D he amount in dispute is, according to the lawyer Franz Braun, at least in the three-digit million range that institutional investors are demanding.
Porsche threatens billions in lawsuits from the USA
A group of US investment funds recently had the Porsche Automobil Holding and its former board members sued for opaque stock deals. They alleged more than a billion dollars in damage. A Porsche spokesman responded with the sentence: 'We have no knowledge of this lawsuit.' He had added: 'However, we would like to point out that we have always complied with current capital market law.' In addition to the company, the US funds are directly attacking the former CEO Wendelin Wiedeking and the former CFO Holger Härter.
Meanwhile, Porsche is back on track. According to the figures presented at the annual general meeting on Friday in Stuttgart, sales in the first half of the year fell by 3.1 percent year-on-year to 33,200 vehicles - but from August to the end of November the sports car manufacturer had sold a quarter fewer cars. In the first quarter it was even 40 percent less than a year earlier.
Qatar moves into Porsche
After the failed takeover attack on VW the desert state of Qatar bought ten percent of the sports car manufacturer and became the first Shareholder who does not belong to the Porsche and Piëch families. The emirate has now also secured influence on the Stuttgart supervisory board. Sheikh Jassim Bin Abdulaziz Bin Jassim Al-Thani elected to the supervisory body for four years. The sheikh takes the place of Hans-Peter Porsche, the brother of supervisory board chairman Wolfgang Porsche.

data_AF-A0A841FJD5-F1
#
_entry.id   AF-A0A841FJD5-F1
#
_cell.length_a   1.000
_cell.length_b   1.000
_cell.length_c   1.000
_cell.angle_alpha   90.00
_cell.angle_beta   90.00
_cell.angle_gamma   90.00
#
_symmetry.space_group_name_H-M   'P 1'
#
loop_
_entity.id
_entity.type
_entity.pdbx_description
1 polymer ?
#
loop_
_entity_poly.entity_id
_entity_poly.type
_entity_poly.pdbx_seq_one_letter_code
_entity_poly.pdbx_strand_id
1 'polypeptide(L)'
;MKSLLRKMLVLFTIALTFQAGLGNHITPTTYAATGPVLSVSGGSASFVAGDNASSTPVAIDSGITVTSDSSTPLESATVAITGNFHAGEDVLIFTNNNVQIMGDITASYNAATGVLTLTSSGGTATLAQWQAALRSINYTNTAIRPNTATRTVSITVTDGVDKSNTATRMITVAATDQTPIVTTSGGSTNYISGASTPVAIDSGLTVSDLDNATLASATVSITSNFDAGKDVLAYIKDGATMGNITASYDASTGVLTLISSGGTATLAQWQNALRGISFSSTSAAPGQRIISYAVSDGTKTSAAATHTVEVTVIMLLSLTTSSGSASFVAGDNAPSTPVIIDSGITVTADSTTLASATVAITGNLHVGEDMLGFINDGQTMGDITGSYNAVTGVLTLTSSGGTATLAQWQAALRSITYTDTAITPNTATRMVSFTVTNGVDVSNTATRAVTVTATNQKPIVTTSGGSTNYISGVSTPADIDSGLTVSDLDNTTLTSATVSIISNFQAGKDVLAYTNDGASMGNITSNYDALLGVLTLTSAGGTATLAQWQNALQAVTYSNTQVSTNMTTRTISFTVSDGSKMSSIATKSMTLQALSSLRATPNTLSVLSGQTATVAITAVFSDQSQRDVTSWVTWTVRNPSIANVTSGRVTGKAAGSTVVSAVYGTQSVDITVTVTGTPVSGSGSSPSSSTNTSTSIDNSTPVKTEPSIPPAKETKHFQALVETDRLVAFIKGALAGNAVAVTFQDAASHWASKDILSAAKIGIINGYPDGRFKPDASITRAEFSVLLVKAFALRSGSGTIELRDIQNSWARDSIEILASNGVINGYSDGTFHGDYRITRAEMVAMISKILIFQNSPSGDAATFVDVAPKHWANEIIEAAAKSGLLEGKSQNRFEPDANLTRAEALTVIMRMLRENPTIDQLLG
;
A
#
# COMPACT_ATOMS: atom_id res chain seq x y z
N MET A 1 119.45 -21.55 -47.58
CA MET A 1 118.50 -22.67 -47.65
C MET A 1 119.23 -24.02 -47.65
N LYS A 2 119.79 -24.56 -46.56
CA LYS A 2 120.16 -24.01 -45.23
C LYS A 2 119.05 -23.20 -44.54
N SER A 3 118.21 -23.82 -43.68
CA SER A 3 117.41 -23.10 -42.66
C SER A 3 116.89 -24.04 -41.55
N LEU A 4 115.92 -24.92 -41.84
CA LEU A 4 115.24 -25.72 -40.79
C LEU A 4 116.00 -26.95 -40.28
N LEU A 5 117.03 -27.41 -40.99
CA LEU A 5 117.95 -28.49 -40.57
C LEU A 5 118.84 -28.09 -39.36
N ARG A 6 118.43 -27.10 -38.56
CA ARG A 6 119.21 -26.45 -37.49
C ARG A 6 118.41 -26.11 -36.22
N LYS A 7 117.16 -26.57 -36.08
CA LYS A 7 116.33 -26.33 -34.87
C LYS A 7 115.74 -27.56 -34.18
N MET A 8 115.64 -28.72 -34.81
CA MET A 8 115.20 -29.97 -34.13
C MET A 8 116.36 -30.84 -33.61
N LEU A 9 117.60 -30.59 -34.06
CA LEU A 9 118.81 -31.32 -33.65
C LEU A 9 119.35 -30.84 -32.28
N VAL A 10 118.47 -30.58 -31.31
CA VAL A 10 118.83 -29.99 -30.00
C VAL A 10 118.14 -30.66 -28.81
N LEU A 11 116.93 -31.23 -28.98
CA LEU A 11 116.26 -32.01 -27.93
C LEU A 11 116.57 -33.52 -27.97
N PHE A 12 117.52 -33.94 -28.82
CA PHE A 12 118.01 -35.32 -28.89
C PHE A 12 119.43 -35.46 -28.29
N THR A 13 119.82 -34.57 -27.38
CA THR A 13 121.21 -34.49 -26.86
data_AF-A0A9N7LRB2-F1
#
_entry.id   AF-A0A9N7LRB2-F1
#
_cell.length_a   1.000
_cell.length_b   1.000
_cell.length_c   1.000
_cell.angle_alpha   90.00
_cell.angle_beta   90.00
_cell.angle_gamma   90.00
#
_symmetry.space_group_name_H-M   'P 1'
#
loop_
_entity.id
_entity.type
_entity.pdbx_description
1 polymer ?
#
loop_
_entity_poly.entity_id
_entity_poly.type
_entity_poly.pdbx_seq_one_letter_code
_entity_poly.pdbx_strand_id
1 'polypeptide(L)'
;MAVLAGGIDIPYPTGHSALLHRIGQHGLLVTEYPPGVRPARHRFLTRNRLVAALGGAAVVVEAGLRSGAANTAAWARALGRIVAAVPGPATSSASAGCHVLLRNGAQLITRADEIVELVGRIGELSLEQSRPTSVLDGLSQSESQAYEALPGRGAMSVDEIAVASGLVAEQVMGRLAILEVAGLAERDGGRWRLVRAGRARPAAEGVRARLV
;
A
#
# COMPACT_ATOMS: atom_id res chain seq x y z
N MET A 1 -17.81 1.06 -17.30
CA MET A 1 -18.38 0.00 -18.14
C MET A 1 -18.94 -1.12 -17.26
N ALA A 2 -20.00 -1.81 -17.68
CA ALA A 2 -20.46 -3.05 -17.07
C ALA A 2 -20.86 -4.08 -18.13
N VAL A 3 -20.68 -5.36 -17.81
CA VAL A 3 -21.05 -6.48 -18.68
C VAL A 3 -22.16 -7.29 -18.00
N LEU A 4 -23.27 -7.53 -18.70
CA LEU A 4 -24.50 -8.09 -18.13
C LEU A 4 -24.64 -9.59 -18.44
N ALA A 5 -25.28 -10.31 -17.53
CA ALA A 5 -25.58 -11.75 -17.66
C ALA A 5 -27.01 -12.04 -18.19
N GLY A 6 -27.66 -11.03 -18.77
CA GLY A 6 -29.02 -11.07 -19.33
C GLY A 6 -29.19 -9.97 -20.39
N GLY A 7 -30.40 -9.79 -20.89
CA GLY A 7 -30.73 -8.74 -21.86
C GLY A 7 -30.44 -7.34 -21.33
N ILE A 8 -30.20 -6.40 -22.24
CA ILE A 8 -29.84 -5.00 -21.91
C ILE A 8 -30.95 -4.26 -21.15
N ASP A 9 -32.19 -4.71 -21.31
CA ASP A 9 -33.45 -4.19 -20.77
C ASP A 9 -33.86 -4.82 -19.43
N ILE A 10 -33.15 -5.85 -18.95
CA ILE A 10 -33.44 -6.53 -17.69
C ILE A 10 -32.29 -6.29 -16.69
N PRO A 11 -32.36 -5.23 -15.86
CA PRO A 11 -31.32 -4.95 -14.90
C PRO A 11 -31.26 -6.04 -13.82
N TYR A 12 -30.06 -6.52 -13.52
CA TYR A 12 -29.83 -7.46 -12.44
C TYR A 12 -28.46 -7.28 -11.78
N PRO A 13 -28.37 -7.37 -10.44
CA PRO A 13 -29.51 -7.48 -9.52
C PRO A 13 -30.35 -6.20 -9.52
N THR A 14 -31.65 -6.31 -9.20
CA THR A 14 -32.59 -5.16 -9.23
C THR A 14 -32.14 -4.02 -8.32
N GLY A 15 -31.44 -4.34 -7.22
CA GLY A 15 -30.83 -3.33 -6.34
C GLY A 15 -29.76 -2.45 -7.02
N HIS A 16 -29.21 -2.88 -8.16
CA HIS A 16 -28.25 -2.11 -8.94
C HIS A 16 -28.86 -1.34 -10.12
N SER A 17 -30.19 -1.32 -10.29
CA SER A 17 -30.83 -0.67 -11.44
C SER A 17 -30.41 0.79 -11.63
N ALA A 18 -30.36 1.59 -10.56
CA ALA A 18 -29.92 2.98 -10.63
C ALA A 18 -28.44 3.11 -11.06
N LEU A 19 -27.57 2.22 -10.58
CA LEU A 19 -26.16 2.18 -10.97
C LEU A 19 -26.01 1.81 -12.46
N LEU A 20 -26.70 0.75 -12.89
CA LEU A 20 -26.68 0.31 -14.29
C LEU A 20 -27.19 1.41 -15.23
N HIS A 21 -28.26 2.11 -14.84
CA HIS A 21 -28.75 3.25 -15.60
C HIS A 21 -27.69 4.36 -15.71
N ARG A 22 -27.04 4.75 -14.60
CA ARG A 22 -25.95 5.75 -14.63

The discharge of ex-boss Wendelin Wiedeking and CFO Holger Härter was due to the public prosecutor's investigation against the manager on suspicion the market manipulation postponed. Both former board members, who had to resign in the summer of 2009, had not come to the annual general meeting.
Porsche had secured a majority in Volkswagen two years ago with difficult-to-understand share deals and at times drove the price to dizzying heights . As a Porsche in OctoberSurprisingly announced in 2008 that it would control a stake of more than 70 percent in Volkswagen through option structures, among other things, the VW share temporarily rose to around 1,000 euros - and later plummeted. In the end, Wiedeking and his CFO Härter misled the takeover, piled up a huge mountain of debt and finally had to resign at the end of July 2009. Porsche is now to be gradually integrated into the VW Group.
The allegations of price manipulation are not new. The Stuttgart public prosecutor's office and the Bafin financial supervisory authority have already followed up on them. The investigators searched the offices and private rooms of the former Porsche board members in the middle of last year.